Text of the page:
self.__cursor.execute("PRAGMA temp_store = 2")

This has caused the exception to disappear.

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“A Wake for Sun” and other stuff

I recently came across and enjoyed it very much – if you ever spent as much as a few months at Sun, I’m sure you will too! Thx a lot to Nancy for writing this up (down?).

On a more personal note: it’s been a while since I wrote anything here … I concluded my spree as a contractor end of last September, mainly for personal reasons (I still think of myself as a friend of my former colleagues at Green Digit, I hope they think the same way about me), and decided to become a “regular” employee again. In October 2012, I joined Intel’s Mobile Communication Group in Neubiberg (south of Munich) where I’m now working on something completely different (I don’t write this just to be able to quote Monty Python 😉 … which I can’t talk about in too much detail, I’m afraid, only so much: no C, lots of python. Python is fun, and it’s quite interesting when over 95% of one’s coding work so far has been done in C. Maybe more on that another time.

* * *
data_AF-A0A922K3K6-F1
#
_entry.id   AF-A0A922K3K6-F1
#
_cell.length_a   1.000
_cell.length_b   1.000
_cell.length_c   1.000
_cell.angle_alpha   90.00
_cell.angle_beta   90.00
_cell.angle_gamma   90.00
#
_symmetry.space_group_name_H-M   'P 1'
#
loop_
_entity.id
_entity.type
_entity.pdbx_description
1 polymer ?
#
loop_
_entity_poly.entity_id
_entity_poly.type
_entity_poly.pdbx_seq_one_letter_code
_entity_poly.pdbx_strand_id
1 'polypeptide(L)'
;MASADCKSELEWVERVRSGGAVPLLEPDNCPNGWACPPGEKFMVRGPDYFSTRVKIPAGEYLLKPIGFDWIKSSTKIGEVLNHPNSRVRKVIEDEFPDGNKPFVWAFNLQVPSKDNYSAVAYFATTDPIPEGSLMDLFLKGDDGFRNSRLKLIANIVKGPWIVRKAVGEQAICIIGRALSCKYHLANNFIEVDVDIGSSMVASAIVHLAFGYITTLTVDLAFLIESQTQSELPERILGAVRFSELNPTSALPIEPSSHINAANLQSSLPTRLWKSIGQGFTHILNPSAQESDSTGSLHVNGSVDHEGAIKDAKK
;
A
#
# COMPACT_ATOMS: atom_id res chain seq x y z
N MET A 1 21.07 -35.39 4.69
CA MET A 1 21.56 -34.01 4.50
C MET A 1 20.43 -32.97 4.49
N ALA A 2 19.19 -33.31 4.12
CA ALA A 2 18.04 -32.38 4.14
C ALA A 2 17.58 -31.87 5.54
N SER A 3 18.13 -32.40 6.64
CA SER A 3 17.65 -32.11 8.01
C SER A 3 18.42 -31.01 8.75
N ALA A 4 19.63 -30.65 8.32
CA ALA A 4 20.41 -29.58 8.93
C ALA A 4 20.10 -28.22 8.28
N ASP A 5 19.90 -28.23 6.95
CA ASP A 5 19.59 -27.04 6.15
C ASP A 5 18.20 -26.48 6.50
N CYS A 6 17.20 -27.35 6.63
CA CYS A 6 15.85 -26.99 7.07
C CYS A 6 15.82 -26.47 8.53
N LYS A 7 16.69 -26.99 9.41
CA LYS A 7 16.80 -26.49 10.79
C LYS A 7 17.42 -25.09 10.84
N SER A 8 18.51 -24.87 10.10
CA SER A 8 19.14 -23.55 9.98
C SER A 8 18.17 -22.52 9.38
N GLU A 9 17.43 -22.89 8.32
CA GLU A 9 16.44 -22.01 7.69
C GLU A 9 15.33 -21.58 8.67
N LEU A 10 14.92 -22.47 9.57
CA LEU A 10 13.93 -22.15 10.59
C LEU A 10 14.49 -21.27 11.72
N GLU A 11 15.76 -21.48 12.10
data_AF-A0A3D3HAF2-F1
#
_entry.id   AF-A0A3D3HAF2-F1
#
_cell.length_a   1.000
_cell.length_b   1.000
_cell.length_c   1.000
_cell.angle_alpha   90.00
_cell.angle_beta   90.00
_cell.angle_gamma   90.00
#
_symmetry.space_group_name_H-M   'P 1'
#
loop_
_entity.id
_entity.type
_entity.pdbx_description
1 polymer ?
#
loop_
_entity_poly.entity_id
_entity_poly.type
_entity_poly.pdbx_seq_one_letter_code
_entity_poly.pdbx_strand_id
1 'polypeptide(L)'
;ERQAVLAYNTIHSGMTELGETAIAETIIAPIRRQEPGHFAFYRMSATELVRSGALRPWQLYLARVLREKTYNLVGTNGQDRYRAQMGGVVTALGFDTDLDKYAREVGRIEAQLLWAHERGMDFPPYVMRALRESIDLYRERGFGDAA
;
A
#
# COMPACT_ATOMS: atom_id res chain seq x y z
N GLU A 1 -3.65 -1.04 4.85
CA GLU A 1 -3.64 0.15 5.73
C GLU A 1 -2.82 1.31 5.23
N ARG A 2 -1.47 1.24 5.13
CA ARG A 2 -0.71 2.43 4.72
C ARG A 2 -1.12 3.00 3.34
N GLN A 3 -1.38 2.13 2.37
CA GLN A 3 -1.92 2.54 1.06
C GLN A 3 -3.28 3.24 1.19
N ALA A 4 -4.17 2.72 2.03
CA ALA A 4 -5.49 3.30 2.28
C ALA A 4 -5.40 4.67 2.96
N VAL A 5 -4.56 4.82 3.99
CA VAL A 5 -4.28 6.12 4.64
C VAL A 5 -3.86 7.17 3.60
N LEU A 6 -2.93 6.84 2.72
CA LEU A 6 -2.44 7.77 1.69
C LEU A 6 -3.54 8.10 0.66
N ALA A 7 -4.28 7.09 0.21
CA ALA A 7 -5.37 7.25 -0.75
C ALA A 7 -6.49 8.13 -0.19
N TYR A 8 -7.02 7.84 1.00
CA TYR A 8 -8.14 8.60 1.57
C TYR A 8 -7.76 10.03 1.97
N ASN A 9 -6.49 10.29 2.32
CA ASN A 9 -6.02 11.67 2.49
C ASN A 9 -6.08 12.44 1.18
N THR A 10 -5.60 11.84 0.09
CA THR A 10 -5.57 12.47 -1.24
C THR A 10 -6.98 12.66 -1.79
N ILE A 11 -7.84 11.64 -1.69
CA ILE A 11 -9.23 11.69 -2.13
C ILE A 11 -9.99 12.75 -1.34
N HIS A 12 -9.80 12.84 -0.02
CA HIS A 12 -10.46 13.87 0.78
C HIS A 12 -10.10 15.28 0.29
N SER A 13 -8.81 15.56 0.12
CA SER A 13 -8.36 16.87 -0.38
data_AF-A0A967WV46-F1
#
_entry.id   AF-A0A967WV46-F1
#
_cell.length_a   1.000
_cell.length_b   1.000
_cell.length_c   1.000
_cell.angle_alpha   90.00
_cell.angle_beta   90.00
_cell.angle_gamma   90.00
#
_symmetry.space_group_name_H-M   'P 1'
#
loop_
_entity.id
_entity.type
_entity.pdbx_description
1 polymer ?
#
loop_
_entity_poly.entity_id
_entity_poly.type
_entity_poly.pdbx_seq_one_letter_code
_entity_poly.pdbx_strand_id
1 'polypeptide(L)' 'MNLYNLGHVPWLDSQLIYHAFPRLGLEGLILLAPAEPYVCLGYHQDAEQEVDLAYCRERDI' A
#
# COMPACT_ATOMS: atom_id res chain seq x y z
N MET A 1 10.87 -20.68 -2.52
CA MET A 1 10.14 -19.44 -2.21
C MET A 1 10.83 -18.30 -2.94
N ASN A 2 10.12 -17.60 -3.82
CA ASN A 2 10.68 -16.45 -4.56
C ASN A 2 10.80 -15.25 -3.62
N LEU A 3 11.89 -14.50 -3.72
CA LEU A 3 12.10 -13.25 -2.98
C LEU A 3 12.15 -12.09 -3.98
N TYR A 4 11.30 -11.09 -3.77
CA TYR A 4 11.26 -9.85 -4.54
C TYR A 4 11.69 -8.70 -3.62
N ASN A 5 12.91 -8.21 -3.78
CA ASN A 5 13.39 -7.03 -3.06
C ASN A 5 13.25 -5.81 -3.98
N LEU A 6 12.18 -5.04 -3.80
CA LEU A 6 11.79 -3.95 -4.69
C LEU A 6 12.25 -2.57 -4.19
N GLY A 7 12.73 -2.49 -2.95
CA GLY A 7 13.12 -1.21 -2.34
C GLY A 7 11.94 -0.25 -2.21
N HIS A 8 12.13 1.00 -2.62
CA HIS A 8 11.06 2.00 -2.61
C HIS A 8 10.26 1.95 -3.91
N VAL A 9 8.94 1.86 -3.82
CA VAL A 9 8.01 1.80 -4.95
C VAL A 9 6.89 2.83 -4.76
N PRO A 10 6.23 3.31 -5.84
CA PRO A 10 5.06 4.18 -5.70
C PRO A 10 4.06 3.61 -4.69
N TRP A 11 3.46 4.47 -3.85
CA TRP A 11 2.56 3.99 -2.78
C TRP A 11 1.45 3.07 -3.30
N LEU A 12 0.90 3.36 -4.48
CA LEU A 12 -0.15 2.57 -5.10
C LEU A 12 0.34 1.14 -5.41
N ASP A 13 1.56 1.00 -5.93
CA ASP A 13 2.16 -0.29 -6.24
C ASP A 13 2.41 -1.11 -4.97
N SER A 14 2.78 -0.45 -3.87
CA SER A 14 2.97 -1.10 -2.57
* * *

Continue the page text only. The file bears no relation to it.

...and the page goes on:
My commute dropped from 100km one way to ~50km one way. Quite an improvement!

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new photos

just in case someone’s interested 🙂

I recently added two new galleries here – enjoy.

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And now …

… you’re probably expecting the famous quote from Monty Python – you can find that here; where you can read a bit more about my last day at Oracle. I do sympathise with Jim Gosling who called his post-Sun blog On a new Road … and here I am, a few months later, definitely on a new road!

I’ve been busy. Here’s why:

Although I certainly had my own thoughts about what the acquisition of Sun by Oracle (Feb 15 2010) was doing to the Sun engineering force, its customers, its engineering culture and to my own career, I was more than a little miffed when said career, which had started over 12 years previously and had taken me from Services in Germany to Solaris network engineering in California and finally to MySQL engineering back in Germany, came to a rather unceremonious end in mid-November of last year.